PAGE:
All Whites' goal hero Reid shows he belongs

Danish newspapers were scrambling yesterday to get a piece of the World Cup success of the All Whites and Winston Reid.

Their Winston Reid.

After all, the Maori lad from Takapuna has spent most of his life in Scandinavia, came through the Danish football youth ranks and until recently played in their national under-21 team.

STAR: All Whites goalscorer Winston Reid at a recovery session.
STAR: All Whites goalscorer Winston Reid at a recovery session.

Yesterday, the 21-year-old defender headed home an unlikely last-second equaliser against Slovakia yesterday to claim the All Whites' first point at a World Cup.

After long consideration, and consulting his family on both sides of the globe, Reid made the call in March to play for New Zealand after moving to Denmark with his mother and stepfather as 10-year-old.

He plays professional football with Danish top-flight club FC Midtjylland and has strong ties to his adopted nation, so where there ever any doubts?

"Of course I had doubts. I weighed up my options for a long time and I think I have made the right decision ... not because of the goal but because of the feeling in the team."

In March, Reid said it was not about the World Cup, "otherwise I would have picked up the phone in November", but about coming of age and a sense of belonging.

Having Maori blood in his veins played a major part. It was no surprise that the Maori members in the squad, especially Rory Fallon, took the shy young man under their wing when he first joined his All Whites team-mates on May 20.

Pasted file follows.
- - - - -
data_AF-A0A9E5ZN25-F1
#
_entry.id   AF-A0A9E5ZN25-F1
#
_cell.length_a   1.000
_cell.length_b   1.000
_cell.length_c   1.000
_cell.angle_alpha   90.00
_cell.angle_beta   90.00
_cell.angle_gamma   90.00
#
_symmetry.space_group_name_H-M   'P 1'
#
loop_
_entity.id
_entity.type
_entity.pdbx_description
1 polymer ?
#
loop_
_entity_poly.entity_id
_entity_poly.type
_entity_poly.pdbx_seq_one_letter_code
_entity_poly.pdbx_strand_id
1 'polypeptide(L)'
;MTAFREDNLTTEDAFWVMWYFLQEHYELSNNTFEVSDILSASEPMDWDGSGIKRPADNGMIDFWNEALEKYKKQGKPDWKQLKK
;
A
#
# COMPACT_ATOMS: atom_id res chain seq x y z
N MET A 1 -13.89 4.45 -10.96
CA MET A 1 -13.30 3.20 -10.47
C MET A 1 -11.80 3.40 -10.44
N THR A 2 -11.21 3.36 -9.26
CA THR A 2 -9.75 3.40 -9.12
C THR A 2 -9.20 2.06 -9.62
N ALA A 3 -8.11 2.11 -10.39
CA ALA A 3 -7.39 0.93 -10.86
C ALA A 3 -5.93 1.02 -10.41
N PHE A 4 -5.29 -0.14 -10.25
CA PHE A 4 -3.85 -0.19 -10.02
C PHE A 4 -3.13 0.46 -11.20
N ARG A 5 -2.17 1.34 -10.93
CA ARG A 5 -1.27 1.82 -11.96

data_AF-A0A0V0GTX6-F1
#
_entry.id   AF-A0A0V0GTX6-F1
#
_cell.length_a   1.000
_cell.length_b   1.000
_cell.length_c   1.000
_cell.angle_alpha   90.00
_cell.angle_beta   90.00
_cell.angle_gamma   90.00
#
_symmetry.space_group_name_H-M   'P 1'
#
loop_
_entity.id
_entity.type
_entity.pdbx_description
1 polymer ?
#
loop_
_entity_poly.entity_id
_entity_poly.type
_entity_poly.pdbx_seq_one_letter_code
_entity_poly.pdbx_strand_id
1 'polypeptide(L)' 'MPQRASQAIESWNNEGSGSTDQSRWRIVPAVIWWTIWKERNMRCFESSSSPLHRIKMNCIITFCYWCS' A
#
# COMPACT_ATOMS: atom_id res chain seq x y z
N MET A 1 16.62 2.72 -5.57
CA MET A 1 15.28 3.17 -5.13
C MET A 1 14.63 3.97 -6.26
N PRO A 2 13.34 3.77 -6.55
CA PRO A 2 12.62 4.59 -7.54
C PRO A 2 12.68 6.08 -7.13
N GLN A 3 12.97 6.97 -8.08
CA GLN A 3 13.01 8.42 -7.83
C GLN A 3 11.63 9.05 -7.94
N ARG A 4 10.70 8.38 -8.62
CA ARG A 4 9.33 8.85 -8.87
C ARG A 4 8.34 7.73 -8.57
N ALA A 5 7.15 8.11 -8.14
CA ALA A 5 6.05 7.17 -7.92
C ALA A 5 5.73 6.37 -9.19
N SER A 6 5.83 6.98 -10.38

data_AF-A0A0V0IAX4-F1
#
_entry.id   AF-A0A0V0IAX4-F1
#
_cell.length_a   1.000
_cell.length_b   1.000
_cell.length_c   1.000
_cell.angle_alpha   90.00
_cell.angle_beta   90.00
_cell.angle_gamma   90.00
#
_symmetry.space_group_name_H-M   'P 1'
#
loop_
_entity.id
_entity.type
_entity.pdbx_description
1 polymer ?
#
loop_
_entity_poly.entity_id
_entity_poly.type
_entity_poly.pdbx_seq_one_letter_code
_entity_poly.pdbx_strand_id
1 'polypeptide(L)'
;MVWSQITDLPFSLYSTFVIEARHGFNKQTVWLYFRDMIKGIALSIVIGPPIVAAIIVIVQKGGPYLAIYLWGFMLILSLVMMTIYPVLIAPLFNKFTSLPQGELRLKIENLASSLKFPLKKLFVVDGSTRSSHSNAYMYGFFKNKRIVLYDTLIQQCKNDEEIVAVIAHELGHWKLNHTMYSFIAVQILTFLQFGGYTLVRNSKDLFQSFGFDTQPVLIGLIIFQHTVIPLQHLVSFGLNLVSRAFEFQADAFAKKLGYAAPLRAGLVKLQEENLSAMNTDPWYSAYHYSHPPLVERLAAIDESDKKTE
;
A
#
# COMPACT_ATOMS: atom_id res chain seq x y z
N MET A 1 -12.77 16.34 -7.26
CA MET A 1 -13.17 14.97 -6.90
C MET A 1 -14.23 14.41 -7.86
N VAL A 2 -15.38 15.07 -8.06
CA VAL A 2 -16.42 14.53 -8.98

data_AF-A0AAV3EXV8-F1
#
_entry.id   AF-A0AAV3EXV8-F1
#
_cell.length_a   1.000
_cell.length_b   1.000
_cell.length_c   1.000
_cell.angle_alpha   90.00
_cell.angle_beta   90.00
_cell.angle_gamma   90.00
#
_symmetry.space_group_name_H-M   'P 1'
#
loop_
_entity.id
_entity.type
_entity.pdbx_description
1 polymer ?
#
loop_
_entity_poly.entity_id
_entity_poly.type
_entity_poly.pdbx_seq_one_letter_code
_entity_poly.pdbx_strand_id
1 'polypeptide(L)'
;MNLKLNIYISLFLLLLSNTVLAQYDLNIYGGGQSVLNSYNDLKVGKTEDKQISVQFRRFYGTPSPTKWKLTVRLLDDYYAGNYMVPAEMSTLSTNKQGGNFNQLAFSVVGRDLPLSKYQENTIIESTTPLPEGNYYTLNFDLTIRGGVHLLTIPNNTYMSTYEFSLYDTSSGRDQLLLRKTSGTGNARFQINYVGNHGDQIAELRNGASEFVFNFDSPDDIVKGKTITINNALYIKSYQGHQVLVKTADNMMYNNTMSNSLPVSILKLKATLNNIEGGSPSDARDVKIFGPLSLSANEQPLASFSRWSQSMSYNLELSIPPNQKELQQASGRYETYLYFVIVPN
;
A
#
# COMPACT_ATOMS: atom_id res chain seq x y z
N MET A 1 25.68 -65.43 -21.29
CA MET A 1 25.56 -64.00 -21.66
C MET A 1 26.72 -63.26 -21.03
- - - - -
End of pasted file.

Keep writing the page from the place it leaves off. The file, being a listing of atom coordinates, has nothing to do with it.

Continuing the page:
"It was difficult for me in the beginning. I was new to the team and I just wanted to feel my way into the team. And, yes, I am a bit quiet."

Fast-forward four weeks and Reid now joins in the jam sessions that accomplished guitar player Fallon organises at their base at the Serengeti Golf resort and has even put a "Maori Only" sign on the back of their golf cart because other players keep "borrowing" it.

Reid does not enjoy the spotlight, and would rather do his talking on the pitch. He is fast earning the respect of his team-mates with some commanding performances in recent weeks and may have to get used to the limelight, judging by last week's reception with the high commissioner.

Before he had even kicked a ball in the World Cup, every woman in the room wanted to have her picture taken with the tall, photogenic All White.

The gym session the previous day had been no different as most female staff members grabbed their cameras when Reid entered the complex.

With a potential transfer to Italy's Serie A looming, the man is is a marketing dream. The goal against Slovakia would not have hurt his appeal.

Most Kiwi fans in the Royal Bafokeng Stadium yesterday were resigned to the fact that the All Whites would suffer a respectable, yet disappointing, 1-0 loss until Shane Smeltz whipped in a cross in the 93rd minute.

"I actually did not see the ball," Reid said. "When I saw it coming, I knew I just had to guide it on goal and not hit it too hard and it would go in. There was so much pace on the ball, I just had to guide it in."

After scoring "the most important goal of my life", the Danish Maori ripped off his shirt, ran towards the corner flag and was swamped by the entire All Whites squad.

When the white mass untangled, South African referee Jerome Damon presented him with the obligatory yellow card for taking off his shirt. "It was worth it," he laughed. "Something for the scrapbook."